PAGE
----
3D Printing

How will 3D printing industry step up its game

3D printing definitely has its own market and with time, people are more and more willing to invest in a printer so they can print anything at home like a regular 2D printer. Also, there are some good competitive prices out there and nowadays buying one is more accessible and cheaper than some years ago.

3D printers were really impressive since their beginning, but not everything was perfect, and 3D printed pieces had a lot of improvements in order to function well and deliver reasonable printing parts. In the present, prints have a lot to improve when it comes to quality, but the truth is that the most inconvenient issues are printing timings and that is because they are way too prolonged and some prints could even take more than 24 hours to be ready so obviously this has been one thing to keep in mind before you even consider to print something.

3D printing sample at APPPEXPO 2018 in Shanghai, FLAAR-REPORTS archive

3D printers normally start to print from the bottom of the object and they start adding a layer at a time as they prin. When objects are irregular at the top or any other area needs it, the printer and the software add support material to these parts and it can easily be removed and thrown away after the print is ready. Creating this support material makes a print to take much more time than having the printer print just the piece itself. So it is more costly and time-consuming, especially for metal or any other material besides plastic.

Luckily for us, two researchers at Penn State have created a new system that reduces the amount of support material needed on each print by having a system with five axes instead of just having the typical x, y, and z.

3D printing sample at APPPEXPO 2018 in Shanghai, FLAAR-REPORTS archive

Xinyi Xiaoa and Sanjay Joshi proposed in a paper called “Process planning for five-acid support free additive manufacturing,” using a 3D printing with a movable build plate or extrusion arm to create objects in 3D space as they are printed, therefore making each surface flat while it is been extruded.

Screenshot courtesy of Penn State University

“Using a five-axis deposition machine has the potential to build structures without the need for supports,” the researchers wrote. “However, there is a lack of automated process planning software to support the full use of five-axis machines. [We introduce] an automated method that allows reorienting the part during the build using a five-axis machine.”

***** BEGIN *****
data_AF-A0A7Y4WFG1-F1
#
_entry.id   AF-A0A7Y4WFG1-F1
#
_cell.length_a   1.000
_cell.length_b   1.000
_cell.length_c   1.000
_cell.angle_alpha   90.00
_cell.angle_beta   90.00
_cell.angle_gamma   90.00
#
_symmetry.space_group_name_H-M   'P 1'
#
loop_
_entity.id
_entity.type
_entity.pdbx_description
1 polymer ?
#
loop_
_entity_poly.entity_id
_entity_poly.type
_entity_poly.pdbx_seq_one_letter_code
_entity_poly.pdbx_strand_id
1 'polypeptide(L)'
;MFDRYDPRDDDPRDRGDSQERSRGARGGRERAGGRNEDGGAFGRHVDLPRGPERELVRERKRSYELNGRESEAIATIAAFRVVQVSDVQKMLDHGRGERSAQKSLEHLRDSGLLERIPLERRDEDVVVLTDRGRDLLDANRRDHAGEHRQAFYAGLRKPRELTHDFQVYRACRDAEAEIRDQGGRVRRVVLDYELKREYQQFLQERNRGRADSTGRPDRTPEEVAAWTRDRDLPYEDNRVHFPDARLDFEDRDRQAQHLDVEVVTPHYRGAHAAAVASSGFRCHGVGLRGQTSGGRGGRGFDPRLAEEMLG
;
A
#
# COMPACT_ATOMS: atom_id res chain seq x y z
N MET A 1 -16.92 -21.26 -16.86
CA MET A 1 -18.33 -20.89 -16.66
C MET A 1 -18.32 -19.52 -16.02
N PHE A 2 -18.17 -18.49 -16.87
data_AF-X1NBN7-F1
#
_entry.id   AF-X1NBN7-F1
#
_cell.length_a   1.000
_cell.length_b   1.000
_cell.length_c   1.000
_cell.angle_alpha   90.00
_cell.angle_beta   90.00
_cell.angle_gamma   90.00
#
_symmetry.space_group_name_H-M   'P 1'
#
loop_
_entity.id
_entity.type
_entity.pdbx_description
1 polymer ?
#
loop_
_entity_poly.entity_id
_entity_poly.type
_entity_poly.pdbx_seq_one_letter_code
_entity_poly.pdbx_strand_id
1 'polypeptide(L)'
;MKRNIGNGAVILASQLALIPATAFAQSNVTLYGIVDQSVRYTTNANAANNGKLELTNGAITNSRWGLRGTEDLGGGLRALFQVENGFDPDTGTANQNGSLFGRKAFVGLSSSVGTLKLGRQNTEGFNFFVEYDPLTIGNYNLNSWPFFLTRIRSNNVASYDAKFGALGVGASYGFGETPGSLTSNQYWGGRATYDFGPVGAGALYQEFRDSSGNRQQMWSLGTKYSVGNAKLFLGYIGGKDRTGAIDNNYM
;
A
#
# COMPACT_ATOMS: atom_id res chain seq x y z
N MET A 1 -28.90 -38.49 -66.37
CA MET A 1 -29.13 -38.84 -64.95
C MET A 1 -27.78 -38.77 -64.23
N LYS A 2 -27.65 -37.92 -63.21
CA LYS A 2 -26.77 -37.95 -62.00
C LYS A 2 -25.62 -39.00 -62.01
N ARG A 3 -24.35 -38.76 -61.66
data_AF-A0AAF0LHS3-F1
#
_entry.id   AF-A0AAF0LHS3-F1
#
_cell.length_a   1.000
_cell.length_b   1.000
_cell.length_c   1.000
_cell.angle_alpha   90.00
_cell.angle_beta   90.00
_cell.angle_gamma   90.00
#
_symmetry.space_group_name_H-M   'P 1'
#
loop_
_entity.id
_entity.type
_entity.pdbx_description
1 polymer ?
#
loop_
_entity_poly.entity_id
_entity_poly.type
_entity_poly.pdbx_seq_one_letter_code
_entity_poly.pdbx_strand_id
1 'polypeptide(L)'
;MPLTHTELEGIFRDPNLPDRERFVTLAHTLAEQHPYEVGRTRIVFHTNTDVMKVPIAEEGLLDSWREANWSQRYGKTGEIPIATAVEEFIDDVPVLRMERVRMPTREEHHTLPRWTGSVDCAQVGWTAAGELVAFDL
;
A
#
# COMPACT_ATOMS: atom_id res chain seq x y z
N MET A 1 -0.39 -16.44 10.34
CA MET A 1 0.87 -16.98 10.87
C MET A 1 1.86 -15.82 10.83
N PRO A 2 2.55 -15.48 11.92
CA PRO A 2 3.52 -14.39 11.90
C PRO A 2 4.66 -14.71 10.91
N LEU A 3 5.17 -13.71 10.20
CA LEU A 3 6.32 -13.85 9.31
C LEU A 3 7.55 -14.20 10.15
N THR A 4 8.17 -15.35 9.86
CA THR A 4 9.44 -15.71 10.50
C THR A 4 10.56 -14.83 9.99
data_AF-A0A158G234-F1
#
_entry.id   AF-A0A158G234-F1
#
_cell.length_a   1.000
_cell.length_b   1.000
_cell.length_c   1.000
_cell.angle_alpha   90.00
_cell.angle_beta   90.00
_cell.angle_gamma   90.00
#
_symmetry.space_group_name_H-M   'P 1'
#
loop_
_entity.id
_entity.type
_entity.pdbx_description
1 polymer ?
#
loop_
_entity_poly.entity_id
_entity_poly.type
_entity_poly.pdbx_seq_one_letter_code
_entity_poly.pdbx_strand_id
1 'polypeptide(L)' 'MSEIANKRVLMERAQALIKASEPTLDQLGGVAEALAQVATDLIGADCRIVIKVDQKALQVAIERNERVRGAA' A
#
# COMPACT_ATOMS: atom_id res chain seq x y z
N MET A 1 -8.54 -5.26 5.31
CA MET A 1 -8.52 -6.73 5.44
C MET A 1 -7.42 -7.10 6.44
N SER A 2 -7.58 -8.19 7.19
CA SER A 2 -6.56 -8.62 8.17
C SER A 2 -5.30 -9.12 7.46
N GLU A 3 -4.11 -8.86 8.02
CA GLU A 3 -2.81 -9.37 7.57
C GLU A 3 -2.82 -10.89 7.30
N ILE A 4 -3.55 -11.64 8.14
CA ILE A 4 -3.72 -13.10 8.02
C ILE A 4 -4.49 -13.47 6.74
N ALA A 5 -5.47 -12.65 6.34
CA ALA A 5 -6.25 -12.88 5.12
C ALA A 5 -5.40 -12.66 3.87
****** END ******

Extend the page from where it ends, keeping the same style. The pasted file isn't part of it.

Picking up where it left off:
The main idea is that this process could cut objects into separate pieces that must be printed on a different axis, so prints won't need support material and therefore can be produced faster. For example, in the image below the software cuts the rabbit into 4 pieces dividing it into different axis.

Screenshot courtesy of Pennsylvania State University

On the other hand, if you print the rabbit on a regular 3D printer, it probably would be completely covered by support material and some parts would have difficulty being removed entirely.

Screenshot courtesy of Instructables In-House Art

“Large metal components, using traditional additive manufacturing, can take days and waste lots of materials by using support structures,” said the creators. “Additive manufacturing is very powerful, and it can make a lot of things due to its flexibility; however, it also has its disadvantages. There is still more work to do.”

Right now there aren’t many 5-axis printers available in the market and definitely not for home printers, but imagine having to say goodbye forever to the annoying process of removing support material… I bet many people would be pleased.

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